So perhaps my example was entirely fine whilst the (potentially) nimble and fit individual with the prosthetic limb would be excluded.
Interesting
 
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tdimdad

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At the other end of the same question is how young is old enough to sit on the exit row. Qantas has 15 year limit which I feel is quite adequate. A few years back I took a domestic Finnair flight with my son who was 13 at that time and we were seated at the exit row (E190 with 2+2, their limit is 12 years). If there had been an emergency landing and me injured, could he have operated the exit on our side? Probably yes but I had my doubts about it. Decided to stay good enough to help him, if needed... :)
 

samh004

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It's interesting seeing the exit row requirements from Qantas, and I recall a well known Australian comedian once had an issue with them over this issue. Trouble is, with all the wars going on right now, a retired serviceman in the US with a prosthetic could be in better shape than almost everyone else on a plane. Discounting their abilities because of a prosthetic seems counter to the inclusive direction the world is turning. I realise it's about suitability, but there must be a non-invasive way of working this out at the check-in desk or boarding gate.

At the other end of the same question is how young is old enough to sit on the exit row. Qantas has 15 year limit which I feel is quite adequate. A few years back I took a domestic Finnair flight with my son who was 13 at that time and we were seated at the exit row (E190 with 2+2, their limit is 12 years). If there had been an emergency landing and me injured, could he have operated the exit on our side? Probably yes but I had my doubts about it. Decided to stay good enough to help him, if needed... :)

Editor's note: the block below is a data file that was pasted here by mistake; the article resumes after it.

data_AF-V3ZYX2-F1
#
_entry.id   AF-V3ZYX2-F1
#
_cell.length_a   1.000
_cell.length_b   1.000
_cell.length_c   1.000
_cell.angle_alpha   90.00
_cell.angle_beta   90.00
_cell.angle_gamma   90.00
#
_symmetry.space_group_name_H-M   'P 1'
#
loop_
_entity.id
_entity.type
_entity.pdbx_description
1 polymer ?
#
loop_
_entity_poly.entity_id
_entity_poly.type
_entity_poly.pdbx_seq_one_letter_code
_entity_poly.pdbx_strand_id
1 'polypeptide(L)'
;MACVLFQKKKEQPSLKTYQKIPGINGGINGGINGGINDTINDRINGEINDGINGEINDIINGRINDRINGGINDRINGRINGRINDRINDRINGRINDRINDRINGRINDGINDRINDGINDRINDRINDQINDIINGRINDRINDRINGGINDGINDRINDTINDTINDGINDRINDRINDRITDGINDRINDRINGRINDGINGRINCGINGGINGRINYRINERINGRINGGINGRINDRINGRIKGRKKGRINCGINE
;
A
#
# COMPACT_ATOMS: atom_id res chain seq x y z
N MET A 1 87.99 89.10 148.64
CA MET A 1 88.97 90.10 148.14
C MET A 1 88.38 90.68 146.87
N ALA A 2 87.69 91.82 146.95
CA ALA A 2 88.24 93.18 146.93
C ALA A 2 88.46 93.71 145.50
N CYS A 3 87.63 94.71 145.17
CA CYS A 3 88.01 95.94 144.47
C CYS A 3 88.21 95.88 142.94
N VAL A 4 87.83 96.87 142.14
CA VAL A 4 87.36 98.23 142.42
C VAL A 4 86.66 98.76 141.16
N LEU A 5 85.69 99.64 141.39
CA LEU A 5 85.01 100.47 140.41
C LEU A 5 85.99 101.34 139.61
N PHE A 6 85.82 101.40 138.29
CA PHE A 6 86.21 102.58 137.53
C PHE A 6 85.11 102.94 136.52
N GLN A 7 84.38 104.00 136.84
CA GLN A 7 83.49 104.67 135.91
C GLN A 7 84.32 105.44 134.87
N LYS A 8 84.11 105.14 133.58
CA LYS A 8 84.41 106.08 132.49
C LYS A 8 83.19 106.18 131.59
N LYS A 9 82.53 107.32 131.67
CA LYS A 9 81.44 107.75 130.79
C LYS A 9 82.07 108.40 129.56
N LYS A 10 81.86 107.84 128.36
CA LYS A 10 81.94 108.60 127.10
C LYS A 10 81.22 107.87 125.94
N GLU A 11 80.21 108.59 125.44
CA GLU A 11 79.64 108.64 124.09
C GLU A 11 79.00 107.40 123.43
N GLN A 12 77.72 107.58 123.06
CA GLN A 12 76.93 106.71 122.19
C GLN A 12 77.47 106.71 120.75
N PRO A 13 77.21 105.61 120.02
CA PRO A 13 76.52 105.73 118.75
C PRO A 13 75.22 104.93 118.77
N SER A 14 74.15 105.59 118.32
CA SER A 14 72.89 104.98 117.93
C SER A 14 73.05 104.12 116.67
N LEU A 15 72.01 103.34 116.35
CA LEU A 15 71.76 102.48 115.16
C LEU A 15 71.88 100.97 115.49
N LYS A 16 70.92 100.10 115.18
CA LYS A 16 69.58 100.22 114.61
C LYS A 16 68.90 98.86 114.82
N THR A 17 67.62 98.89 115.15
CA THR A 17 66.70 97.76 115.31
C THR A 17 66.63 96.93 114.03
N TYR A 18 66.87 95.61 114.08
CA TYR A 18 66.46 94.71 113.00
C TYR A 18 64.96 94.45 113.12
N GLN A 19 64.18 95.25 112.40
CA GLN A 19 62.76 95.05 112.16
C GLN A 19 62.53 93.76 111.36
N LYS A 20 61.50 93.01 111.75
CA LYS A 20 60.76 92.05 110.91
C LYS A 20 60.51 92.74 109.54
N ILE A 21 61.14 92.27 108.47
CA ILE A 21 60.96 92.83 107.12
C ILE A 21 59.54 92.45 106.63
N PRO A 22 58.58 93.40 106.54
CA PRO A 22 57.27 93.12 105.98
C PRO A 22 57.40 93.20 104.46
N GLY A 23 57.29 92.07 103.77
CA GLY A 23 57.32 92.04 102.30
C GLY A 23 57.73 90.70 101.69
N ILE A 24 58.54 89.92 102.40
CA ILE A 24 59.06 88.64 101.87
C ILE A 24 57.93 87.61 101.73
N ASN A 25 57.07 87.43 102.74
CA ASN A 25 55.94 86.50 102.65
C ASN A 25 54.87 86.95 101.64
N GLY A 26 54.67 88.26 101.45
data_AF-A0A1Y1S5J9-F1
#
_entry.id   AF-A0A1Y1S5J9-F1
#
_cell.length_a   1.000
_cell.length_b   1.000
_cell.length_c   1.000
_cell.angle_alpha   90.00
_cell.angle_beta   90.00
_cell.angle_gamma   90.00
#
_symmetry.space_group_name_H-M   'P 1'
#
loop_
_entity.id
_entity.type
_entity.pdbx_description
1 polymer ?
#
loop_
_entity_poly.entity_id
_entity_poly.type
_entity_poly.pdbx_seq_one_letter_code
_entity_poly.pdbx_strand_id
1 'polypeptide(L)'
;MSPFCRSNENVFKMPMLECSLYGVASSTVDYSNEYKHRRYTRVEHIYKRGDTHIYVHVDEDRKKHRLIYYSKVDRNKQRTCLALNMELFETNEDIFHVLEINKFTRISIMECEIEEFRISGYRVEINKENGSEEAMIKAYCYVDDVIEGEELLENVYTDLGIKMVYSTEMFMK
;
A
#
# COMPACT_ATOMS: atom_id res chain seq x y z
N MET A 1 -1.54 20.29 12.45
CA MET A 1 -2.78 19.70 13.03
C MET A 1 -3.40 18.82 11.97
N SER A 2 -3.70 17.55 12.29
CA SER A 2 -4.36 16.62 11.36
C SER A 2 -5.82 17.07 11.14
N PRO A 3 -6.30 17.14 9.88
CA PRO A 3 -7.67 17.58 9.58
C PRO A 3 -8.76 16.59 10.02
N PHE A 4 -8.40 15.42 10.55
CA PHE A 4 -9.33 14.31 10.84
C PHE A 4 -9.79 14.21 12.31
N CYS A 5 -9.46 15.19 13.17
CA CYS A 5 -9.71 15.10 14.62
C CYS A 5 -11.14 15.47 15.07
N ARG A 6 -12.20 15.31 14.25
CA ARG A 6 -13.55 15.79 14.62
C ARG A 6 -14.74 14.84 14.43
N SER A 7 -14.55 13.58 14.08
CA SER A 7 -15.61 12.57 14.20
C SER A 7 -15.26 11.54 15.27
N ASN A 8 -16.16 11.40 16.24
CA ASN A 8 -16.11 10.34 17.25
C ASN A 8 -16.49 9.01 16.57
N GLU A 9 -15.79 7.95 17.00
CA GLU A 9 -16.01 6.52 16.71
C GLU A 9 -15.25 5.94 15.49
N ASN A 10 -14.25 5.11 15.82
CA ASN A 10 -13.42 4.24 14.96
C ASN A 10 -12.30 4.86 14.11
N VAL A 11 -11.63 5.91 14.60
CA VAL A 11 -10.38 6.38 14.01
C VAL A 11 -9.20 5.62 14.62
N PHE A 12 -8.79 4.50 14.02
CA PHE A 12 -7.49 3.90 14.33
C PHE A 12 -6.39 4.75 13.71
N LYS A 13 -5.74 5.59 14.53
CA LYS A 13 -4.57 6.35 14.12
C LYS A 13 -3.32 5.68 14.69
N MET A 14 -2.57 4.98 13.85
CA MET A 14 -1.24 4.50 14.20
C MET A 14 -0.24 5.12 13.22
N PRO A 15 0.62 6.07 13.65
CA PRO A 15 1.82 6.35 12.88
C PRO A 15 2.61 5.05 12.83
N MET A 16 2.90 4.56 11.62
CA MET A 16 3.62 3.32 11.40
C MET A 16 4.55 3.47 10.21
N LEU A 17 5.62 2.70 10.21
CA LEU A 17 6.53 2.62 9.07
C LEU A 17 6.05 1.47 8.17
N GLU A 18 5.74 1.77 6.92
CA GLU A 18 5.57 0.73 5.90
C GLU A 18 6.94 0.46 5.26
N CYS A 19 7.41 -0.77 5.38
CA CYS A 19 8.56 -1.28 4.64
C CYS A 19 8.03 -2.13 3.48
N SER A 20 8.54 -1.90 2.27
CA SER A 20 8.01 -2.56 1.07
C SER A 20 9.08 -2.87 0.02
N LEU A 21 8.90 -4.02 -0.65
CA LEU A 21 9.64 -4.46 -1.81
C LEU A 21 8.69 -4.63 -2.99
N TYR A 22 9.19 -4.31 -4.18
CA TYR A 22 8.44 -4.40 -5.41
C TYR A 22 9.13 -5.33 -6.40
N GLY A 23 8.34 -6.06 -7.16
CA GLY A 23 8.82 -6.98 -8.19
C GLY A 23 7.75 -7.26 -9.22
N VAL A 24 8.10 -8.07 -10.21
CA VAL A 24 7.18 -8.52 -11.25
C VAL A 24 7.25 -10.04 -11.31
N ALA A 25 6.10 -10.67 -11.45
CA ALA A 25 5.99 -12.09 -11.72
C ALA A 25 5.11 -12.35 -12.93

I would imagine that in many cases, the will to survive whatever ordeal it is you're going through, gives you extra strength. That said, people aren't made equal by age, and it is silly to say a 15 year old has more strength than a 12 year old without taking into account genetics, their athleticism and probably a dozen other factors.
 

MEL_Traveller

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For American Airlines (AA) the requirements are slightly different:

Qualifications Government rules require that customers seated in an exit seat must be:
  • Willing to assist in an evacuation
  • Able to operate the exit door and assist others in exiting
  • 15 years of age or older

Exit Row Criteria Customers may not sit in an exit row seat if:
  • Mobility, strength, or dexterity in both arms and hands and both legs is not sufficient to assist others reach the emergency exit quickly, operate the exit, and quickly pass through the exit
  • You are less than 15 years of age
  • You lack the ability to read and understand instructions related to emergency evacuations or you lack the ability to understand oral crew member commands
  • You lack sufficient visual capacity to read the instructions or hearing capacity to hear and understand instructions provided by a crew member You have a condition or responsibilities such as caring for small children which might prevent you from performing one or more of these functions
  • You lack the ability to adequately communicate information orally to other passengers
  • You have a condition that might cause you harm if you perform one or more of these functions
  • You do not wish to perform the instructions listed on the card in the event of any emergency
In thoery there should be no reason to discriminate against a person who states they are able to perform all the stated functions. A prosthetic limb may fall into that category.

As another airline may have allowed this passenger to sit in the exit, while the OP's experience could be a technical breach of the requirements, it might not be an actual safety hazzard. It's the latter which should be the subject of a communication with the airline.